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Governor signs legislation to protect highway construction workers

Oct 29, 2018
Commonwealth of Pennsylvania

HARRISBURG – Governor Wolf recently signed bipartisan legislation authored by Senator David G. Argall (R-Schuylkill/Berks) that aims to better protect construction workers along highways.

Senator Argall and Senator Judy Schwank (D-Berks), teamed up with Senate Transportation Committee Chairman John C. Rafferty (R-Berks/Chester/Montgomery) to bring Senate Bill 172 to life after hearing reports from Berks County transportation officials about the hazardous conditions that highway construction workers face from speeding motorists.

“This whole issue started back in 2014 when Senator Schwank and I met with transportation leaders from Berks County” Argall said. “The problem is that too many motorists are speeding through these construction zones putting workers’ lives at risk. If you look at the statistics, we saw over 1900 crashes in work zones with 23 deaths across Pennsylvania in 2015, all because motorists couldn’t slowdown in active work zones. That’s an unacceptable statistic and we promised our constituents that we would help ensure the safety of those who work to build and maintain our infrastructure”.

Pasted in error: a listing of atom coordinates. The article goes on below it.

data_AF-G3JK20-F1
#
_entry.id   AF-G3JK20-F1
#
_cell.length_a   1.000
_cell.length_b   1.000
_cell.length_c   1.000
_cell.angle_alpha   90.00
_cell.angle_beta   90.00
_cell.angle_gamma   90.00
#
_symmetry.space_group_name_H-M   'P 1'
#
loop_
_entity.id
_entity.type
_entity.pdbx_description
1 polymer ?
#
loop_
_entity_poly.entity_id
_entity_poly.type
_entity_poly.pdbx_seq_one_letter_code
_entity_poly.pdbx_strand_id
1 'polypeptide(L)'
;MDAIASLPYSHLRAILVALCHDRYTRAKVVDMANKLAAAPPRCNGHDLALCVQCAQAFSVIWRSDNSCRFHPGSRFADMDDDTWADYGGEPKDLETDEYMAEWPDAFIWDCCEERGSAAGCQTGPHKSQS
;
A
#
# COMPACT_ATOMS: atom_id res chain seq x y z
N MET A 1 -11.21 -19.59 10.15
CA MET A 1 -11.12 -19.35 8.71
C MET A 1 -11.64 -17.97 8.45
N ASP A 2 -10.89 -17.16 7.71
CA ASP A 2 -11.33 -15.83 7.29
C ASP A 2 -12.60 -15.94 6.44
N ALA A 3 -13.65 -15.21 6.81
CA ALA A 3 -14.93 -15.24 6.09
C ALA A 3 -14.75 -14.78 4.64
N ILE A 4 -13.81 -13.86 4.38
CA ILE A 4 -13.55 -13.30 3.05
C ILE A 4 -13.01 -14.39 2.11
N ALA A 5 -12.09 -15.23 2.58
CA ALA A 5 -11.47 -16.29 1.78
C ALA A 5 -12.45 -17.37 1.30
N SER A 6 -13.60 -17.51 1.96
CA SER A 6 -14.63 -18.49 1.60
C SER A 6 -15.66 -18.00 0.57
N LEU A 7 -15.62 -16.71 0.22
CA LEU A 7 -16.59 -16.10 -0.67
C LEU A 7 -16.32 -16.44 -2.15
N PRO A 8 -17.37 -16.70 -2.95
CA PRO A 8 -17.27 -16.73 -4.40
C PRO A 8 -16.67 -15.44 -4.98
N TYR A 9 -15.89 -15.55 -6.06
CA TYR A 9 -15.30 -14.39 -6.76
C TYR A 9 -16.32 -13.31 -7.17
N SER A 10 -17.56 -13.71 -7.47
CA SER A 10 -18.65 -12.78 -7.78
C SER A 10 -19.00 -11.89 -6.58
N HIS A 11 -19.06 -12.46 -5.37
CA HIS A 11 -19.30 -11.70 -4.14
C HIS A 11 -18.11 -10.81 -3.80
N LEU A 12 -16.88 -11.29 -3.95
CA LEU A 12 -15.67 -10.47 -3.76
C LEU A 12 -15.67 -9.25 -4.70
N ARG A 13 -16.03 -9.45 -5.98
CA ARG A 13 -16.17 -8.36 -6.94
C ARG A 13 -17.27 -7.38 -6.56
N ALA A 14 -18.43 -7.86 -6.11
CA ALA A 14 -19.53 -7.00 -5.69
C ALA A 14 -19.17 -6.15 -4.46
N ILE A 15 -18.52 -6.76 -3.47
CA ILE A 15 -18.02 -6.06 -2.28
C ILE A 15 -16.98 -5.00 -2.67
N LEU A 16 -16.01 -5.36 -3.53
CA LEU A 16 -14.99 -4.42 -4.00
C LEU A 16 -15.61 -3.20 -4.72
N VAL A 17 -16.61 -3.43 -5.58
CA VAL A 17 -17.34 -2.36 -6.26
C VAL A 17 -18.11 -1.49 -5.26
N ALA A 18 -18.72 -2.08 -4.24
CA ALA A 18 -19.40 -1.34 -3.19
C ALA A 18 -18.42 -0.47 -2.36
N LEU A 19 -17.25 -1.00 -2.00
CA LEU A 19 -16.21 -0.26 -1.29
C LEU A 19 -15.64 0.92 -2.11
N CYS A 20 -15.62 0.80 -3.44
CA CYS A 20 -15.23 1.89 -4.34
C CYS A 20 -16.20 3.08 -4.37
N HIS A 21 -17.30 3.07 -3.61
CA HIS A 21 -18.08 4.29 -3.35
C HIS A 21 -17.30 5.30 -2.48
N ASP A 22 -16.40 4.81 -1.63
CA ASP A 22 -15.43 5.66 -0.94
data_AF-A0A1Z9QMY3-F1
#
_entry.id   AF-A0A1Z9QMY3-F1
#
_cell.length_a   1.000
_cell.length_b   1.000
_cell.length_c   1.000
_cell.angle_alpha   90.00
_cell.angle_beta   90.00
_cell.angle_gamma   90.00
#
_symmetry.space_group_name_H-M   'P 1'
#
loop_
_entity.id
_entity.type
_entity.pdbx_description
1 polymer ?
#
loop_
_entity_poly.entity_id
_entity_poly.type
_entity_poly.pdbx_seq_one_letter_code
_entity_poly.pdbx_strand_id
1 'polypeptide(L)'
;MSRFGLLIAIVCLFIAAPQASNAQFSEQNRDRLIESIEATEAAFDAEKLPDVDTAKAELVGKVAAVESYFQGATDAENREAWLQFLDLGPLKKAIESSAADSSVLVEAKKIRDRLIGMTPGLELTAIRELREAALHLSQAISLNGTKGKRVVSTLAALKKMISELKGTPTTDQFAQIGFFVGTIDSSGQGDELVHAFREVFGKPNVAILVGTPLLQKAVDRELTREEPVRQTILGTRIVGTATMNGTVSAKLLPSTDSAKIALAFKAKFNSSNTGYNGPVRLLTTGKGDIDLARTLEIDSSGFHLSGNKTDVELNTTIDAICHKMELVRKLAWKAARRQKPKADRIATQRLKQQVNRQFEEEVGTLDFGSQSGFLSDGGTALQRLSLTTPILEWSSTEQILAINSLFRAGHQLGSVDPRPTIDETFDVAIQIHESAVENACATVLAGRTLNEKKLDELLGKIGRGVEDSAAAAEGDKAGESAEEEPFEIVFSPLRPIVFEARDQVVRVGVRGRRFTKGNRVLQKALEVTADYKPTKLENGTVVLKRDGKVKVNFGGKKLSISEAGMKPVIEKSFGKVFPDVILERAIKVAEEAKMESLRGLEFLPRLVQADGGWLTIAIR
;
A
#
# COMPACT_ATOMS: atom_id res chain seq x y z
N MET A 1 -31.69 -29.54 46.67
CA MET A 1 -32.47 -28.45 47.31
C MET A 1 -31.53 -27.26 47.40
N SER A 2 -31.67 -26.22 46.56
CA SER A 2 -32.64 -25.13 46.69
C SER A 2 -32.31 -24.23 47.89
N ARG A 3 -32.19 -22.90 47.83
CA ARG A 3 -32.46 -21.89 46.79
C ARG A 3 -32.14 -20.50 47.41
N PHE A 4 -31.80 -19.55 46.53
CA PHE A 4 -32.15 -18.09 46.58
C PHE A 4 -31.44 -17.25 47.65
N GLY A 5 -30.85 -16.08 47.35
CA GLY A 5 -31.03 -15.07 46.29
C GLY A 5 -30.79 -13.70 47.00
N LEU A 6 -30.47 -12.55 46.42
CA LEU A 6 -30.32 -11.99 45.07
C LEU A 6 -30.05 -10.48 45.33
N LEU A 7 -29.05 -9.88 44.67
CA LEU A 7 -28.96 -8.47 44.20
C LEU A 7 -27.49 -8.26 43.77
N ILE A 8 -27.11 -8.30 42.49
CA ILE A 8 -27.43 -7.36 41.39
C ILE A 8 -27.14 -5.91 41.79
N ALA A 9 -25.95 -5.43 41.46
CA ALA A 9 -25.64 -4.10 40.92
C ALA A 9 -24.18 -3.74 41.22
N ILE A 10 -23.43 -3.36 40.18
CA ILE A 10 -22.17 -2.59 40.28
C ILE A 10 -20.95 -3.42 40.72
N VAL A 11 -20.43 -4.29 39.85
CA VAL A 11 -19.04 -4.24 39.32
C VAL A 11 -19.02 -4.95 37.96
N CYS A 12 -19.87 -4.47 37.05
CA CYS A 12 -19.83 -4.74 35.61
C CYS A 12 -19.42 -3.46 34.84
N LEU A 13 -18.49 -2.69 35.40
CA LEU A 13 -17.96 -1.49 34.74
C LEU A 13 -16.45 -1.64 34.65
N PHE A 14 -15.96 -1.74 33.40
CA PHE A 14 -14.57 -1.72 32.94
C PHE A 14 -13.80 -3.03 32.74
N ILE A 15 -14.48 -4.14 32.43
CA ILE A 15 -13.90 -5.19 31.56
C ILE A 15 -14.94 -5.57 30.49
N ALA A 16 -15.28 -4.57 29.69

According to statistics from the Pennsylvania Department of Transportation, work zone crashes have been increasing at a rate of five percent annually since 2012.

Automated speed enforcement cameras (ASES) will be deployed in active work zones along federal aid highways under PennDOT and the Turnpike Commission’s jurisdiction. Motorists that exceed the speed limit by at least 11 mph when construction workers and an ASES are present will receive a written warning for the first offense, a $75 fine for the second offense and a $150 fine for third and subsequent offenses. Motorists who do not speed through these active work zones will not be impacted by this legislation.

This legislation was based on a law that previously passed in Maryland. Approximately seven percent of motorists in that state were found to exceed the stated speed limit in work zones by at least 12 mph. After legislation was passed placing speed cameras in work zones, the number of Maryland drivers exceeding the posted speed limit dropped to less than one percent.

Further commenting on his newly signed law, Senator Argall stated “this legislation has always been about changing driver behavior and making conditions safer for our highway workers. Now that SB 172 is law, I am certain that the troubling statistics I noted earlier will decline significantly. I thank Senator Schwank and Senator Rafferty for all their bipartisan support in making this legislation possible. I also want to thank all of our highway construction workers who work tirelessly to maintain our infrastructure, I’m hoping that this legislation will make you feel more secure as you carry out your day-to-day work.”

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